US Airways not near bankruptcy after all Wolf reports airline better off than many thought
By Jayne O'Donnell
US Airways is financially strong and has not considered bankruptcy reorganization after the Sept. 11 attacks, Chairman Stephen Wolf says.
''This company has some core financial strengths,'' Wolf said Thursday in an exclusive interview with USA TODAY.
US Airways also hopes to avoid seeking federal loan guarantees that were part of the government's $15 billion bailout package for the airlines.
''I don't think anybody wants to do that,'' Wolf said during a nearly 1-hour interview aboard a US Airways Shuttle flight to New York, the first flight out of Reagan Washington National Airport since the attacks.
The airport reopened Thursday under tight security and a limited schedule.
US Airways has often been mentioned as one of the U.S. airlines most likely to seek protection from creditors because of the devastating downturn in air travel since the attacks.
US Airways says that it has just over $1 billion in cash. That includes $160 million from the first installment of government aid. The airline says it expects to receive an additional grant of $180 million this month. The government's package includes $5 billion in grants and $10 billion in loan guarantees.
Many airlines are wary about accepting government-backed loans because of the conditions that could be attached and the possibility the government could become a major shareholder, a position it gained at Chrysler when the automaker got its $1.5 billion bailout in 1980. Airlines say they view the guarantees as a backstop that could help boost private lenders' confidence in financing airlines now.
Wolf said US Airways' cash, coupled with a ''fairly significant'' number of airplanes it can borrow against, puts the airline in far better financial shape than many believed.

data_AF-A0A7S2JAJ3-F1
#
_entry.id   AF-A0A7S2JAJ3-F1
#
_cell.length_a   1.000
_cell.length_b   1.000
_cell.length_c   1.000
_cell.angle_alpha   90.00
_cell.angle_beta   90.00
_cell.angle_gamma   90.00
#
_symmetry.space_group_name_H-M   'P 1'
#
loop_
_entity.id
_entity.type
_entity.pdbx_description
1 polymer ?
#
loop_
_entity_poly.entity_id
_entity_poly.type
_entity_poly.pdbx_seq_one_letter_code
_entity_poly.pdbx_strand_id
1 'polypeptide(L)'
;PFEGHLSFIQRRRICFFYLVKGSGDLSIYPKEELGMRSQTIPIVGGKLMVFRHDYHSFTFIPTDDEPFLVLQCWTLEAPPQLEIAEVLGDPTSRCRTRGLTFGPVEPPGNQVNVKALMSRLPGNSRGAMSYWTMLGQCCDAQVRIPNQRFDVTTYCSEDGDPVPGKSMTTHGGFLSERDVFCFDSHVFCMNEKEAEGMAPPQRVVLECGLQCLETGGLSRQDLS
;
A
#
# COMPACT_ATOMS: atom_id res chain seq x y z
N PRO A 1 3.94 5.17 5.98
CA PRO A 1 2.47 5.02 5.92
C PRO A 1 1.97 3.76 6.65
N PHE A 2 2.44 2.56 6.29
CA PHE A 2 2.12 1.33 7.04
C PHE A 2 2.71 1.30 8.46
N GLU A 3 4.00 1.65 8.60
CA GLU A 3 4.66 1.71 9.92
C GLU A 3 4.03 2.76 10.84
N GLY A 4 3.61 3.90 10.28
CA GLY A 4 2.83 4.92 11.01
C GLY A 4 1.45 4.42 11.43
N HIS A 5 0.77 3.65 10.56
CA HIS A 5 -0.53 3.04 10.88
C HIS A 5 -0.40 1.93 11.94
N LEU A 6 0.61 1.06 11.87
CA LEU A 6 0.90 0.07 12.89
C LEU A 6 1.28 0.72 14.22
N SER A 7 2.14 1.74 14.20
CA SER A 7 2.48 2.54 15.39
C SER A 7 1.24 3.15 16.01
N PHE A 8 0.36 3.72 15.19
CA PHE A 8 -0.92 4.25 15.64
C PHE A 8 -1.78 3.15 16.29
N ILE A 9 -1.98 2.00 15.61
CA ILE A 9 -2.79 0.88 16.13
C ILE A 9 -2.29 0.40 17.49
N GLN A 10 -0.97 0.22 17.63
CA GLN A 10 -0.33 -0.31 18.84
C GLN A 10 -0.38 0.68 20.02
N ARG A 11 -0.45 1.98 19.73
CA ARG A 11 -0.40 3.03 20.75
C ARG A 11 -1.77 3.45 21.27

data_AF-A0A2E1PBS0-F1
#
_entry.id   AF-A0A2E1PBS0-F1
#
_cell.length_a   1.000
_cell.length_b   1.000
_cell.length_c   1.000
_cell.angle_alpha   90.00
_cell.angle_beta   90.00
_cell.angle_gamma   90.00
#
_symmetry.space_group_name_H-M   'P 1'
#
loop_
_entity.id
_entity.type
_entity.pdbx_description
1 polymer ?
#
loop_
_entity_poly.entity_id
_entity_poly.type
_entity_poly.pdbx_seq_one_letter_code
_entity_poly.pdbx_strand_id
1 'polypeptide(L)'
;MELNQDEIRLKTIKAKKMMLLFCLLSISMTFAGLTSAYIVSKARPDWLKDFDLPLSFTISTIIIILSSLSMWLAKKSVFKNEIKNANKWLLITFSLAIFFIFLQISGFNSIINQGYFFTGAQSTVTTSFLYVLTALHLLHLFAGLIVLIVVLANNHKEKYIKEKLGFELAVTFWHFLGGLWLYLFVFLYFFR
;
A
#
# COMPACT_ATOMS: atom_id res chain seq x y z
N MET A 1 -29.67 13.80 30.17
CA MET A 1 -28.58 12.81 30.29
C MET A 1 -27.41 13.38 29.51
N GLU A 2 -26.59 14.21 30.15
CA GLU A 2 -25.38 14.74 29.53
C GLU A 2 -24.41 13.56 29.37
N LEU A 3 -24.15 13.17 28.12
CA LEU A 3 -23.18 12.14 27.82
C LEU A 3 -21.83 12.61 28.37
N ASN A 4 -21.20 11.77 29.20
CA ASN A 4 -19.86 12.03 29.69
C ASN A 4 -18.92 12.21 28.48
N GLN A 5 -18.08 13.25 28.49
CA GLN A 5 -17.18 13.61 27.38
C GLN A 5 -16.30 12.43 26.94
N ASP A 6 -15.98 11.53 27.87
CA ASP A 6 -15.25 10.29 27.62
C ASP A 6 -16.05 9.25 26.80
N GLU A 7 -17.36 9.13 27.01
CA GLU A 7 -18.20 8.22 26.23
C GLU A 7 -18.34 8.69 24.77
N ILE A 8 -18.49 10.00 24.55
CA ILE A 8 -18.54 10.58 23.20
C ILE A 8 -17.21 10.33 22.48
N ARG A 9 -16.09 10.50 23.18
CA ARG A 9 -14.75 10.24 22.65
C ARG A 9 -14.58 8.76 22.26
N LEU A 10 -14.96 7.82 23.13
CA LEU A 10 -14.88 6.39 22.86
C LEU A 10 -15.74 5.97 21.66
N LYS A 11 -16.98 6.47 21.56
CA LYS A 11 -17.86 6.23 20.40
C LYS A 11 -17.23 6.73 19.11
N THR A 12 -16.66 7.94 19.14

He said his airline's recent elimination of more than 11,000 jobs -- including 1,350 pilots -- cuts about 25% of the carrier's workforce. US Airways is on a ''very vigorous cash-conservation program,'' he said.
''It's our fervent hope and current belief that we will not have anymore layoffs,'' he said, adding that 11,000 ''is not the final number, but it shouldn't vary very much at all.''
Although few airlines have the money or interest for mergers now, some experts say the depressed stock prices of airlines such as US Airways may make them takeover targets. United Airlines had offered $60 a share for US Airways in May 2000. That deal dissolved this summer because of government opposition. US Airways' shares closed at $5.20 Thursday.
''When airlines have gone bankrupt in the past, it was purely for cash flow,'' said Morgan Stanley airline analyst Kevin Murphy. ''What I think will happen in this unique environment with America West or US Airways is that other carriers may acquire them at a very low price.''
Wolf also said he's not thinking about seeking another merger partner. ''We're just focused on running our own company and hopefully doing that very successfully,'' he said.